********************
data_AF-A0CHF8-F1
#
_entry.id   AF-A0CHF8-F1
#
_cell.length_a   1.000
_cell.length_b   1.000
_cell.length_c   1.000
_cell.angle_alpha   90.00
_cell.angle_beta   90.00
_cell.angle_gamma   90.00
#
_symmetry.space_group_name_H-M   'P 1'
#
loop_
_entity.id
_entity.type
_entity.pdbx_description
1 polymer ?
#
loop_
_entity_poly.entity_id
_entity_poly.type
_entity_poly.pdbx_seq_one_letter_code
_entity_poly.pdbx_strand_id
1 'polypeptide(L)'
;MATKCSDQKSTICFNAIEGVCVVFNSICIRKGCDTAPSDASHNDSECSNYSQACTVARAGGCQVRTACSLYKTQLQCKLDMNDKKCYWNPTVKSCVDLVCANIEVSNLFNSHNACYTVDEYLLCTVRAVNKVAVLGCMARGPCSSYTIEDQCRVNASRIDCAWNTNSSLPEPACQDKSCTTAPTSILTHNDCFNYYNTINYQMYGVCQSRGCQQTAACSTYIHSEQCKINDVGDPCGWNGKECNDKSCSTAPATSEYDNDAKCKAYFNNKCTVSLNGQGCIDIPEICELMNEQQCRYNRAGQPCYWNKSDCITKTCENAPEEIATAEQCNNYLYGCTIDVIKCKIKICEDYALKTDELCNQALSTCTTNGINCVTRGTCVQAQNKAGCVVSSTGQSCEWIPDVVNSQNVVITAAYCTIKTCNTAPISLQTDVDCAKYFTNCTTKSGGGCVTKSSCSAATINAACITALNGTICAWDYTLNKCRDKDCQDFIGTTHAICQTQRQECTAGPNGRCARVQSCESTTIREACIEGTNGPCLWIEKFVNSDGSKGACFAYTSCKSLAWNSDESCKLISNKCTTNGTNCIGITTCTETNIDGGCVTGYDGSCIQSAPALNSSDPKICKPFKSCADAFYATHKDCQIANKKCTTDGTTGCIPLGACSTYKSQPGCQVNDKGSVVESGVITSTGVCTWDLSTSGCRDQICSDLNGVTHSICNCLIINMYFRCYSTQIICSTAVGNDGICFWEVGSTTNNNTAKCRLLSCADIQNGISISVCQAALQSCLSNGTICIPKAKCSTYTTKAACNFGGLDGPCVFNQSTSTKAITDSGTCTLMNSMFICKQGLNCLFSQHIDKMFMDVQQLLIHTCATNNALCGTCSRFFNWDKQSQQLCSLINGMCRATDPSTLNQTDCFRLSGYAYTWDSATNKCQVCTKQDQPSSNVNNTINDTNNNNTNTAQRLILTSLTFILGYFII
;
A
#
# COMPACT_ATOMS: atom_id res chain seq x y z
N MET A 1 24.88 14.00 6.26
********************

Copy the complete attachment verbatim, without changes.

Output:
data_AF-A0CHF8-F1
#
_entry.id   AF-A0CHF8-F1
#
_cell.length_a   1.000
_cell.length_b   1.000
_cell.length_c   1.000
_cell.angle_alpha   90.00
_cell.angle_beta   90.00
_cell.angle_gamma   90.00
#
_symmetry.space_group_name_H-M   'P 1'
#
loop_
_entity.id
_entity.type
_entity.pdbx_description
1 polymer ?
#
loop_
_entity_poly.entity_id
_entity_poly.type
_entity_poly.pdbx_seq_one_letter_code
_entity_poly.pdbx_strand_id
1 'polypeptide(L)'
;MATKCSDQKSTICFNAIEGVCVVFNSICIRKGCDTAPSDASHNDSECSNYSQACTVARAGGCQVRTACSLYKTQLQCKLDMNDKKCYWNPTVKSCVDLVCANIEVSNLFNSHNACYTVDEYLLCTVRAVNKVAVLGCMARGPCSSYTIEDQCRVNASRIDCAWNTNSSLPEPACQDKSCTTAPTSILTHNDCFNYYNTINYQMYGVCQSRGCQQTAACSTYIHSEQCKINDVGDPCGWNGKECNDKSCSTAPATSEYDNDAKCKAYFNNKCTVSLNGQGCIDIPEICELMNEQQCRYNRAGQPCYWNKSDCITKTCENAPEEIATAEQCNNYLYGCTIDVIKCKIKICEDYALKTDELCNQALSTCTTNGINCVTRGTCVQAQNKAGCVVSSTGQSCEWIPDVVNSQNVVITAAYCTIKTCNTAPISLQTDVDCAKYFTNCTTKSGGGCVTKSSCSAATINAACITALNGTICAWDYTLNKCRDKDCQDFIGTTHAICQTQRQECTAGPNGRCARVQSCESTTIREACIEGTNGPCLWIEKFVNSDGSKGACFAYTSCKSLAWNSDESCKLISNKCTTNGTNCIGITTCTETNIDGGCVTGYDGSCIQSAPALNSSDPKICKPFKSCADAFYATHKDCQIANKKCTTDGTTGCIPLGACSTYKSQPGCQVNDKGSVVESGVITSTGVCTWDLSTSGCRDQICSDLNGVTHSICNCLIINMYFRCYSTQIICSTAVGNDGICFWEVGSTTNNNTAKCRLLSCADIQNGISISVCQAALQSCLSNGTICIPKAKCSTYTTKAACNFGGLDGPCVFNQSTSTKAITDSGTCTLMNSMFICKQGLNCLFSQHIDKMFMDVQQLLIHTCATNNALCGTCSRFFNWDKQSQQLCSLINGMCRATDPSTLNQTDCFRLSGYAYTWDSATNKCQVCTKQDQPSSNVNNTINDTNNNNTNTAQRLILTSLTFILGYFII
;
A
#
# COMPACT_ATOMS: atom_id res chain seq x y z
N MET A 1 24.88 14.00 6.26